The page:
So when my great nephew Grayson was born (wait a minute: why is my brother’s GRANDson  not my GRANDnephew?? But that is a different conversation.) in December of 2011, the overalls were removed from their storage place in preparation for his first car ride to his new home.  When we learned we would again be gifted with another boy, the overalls were passed to Jonathan James.

But now, we have a new life coming in this new batch of babies, the overalls required the addition of pink trim:  we are having a girl baby!  Of course, all babies are most precious, even those stinkin’ boys, but this girl baby is long awaited.

Moira will be the first girl in just shy of 57 years when she arrives sometime in July of 2013.  We are certainly no more in love with her than all our wonderful boys but the pink rick rack on the overalls?  Well just imagine that is only the start of a whole new kind of wardrobe,  toys  and accessories for this boy rich/girl poor family!

And just in case the next baby reverts back to our usual, I can easily remove that pink stuff…


ADDENDUM:  Moira got here on July 10, 2013, an auspicious as it is also the birthday of her Great Grandmother Myra Davis Edwards and her Grand Aunt Wanda Davis Hoffman.  I seems these overall swallow her but we have continued the tradition.  Can't wait to see who the next baby will be!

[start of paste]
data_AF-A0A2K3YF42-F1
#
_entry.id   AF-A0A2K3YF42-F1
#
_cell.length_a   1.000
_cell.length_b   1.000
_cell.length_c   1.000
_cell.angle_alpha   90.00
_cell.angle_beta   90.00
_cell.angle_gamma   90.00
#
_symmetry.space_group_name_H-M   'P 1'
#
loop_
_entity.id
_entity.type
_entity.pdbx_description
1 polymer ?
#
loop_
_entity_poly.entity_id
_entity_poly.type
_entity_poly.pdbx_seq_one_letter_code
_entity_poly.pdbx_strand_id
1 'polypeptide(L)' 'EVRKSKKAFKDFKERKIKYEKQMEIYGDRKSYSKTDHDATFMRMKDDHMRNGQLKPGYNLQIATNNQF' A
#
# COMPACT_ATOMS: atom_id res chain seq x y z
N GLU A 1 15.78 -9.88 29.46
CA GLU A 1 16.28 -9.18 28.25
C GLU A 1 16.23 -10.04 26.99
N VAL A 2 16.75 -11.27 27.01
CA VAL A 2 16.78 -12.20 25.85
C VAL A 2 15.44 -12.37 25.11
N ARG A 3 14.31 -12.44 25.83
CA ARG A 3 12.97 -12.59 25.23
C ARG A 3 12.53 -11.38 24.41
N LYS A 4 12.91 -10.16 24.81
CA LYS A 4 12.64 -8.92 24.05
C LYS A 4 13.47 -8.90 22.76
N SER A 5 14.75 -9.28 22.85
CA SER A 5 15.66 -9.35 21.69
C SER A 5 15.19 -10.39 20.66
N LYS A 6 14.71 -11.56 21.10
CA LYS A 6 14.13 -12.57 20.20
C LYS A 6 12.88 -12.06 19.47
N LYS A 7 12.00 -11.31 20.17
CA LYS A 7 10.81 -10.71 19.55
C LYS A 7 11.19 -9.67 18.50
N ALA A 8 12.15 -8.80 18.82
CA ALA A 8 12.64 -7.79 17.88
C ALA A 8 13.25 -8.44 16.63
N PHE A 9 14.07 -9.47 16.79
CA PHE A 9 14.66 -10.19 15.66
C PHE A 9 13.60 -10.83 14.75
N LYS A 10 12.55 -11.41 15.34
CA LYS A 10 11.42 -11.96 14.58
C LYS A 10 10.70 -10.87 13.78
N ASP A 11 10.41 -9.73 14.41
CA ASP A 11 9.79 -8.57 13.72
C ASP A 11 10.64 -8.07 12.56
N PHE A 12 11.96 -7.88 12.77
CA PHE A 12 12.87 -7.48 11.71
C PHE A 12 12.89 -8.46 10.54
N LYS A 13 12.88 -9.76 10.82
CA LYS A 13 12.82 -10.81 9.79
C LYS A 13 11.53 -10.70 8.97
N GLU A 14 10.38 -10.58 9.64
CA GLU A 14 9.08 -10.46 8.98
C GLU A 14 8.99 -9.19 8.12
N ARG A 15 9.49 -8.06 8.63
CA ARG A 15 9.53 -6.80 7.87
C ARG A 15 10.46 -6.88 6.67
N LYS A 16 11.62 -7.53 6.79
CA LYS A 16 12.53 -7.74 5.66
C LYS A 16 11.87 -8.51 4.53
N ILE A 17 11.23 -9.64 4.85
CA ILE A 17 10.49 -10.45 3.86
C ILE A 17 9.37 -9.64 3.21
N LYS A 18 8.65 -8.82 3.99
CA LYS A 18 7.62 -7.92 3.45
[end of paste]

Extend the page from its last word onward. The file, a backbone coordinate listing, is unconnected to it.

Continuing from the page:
]]> (alabamababy photography Scotia Davis Phillips) Sat, 04 May 2013 11:23:00 GMT
Tribute to Baby Everyone knows their Dog is absolutely the best ever and I have been fortunate to have many wonderful dogs.  But of all, Baby must have been the greatest: loving, gentle and ferocious all together.  From the very earliest age whn Jakey picked her, the runt of a purebred litter, without the characteristics to make her a registrable Lab, we knew she was special.  Her seal-slick coat and tiny nose that burrowed into his shoulder as we drove home just cemented that bond.  All through her long life, she constantly showered everyone she loved with devotion.  She was a staunch defender when she believed her humans were at risk.  As a photographer, she was my challenge since she always appeared to be in the spotlight: just because she loved children and they loved her.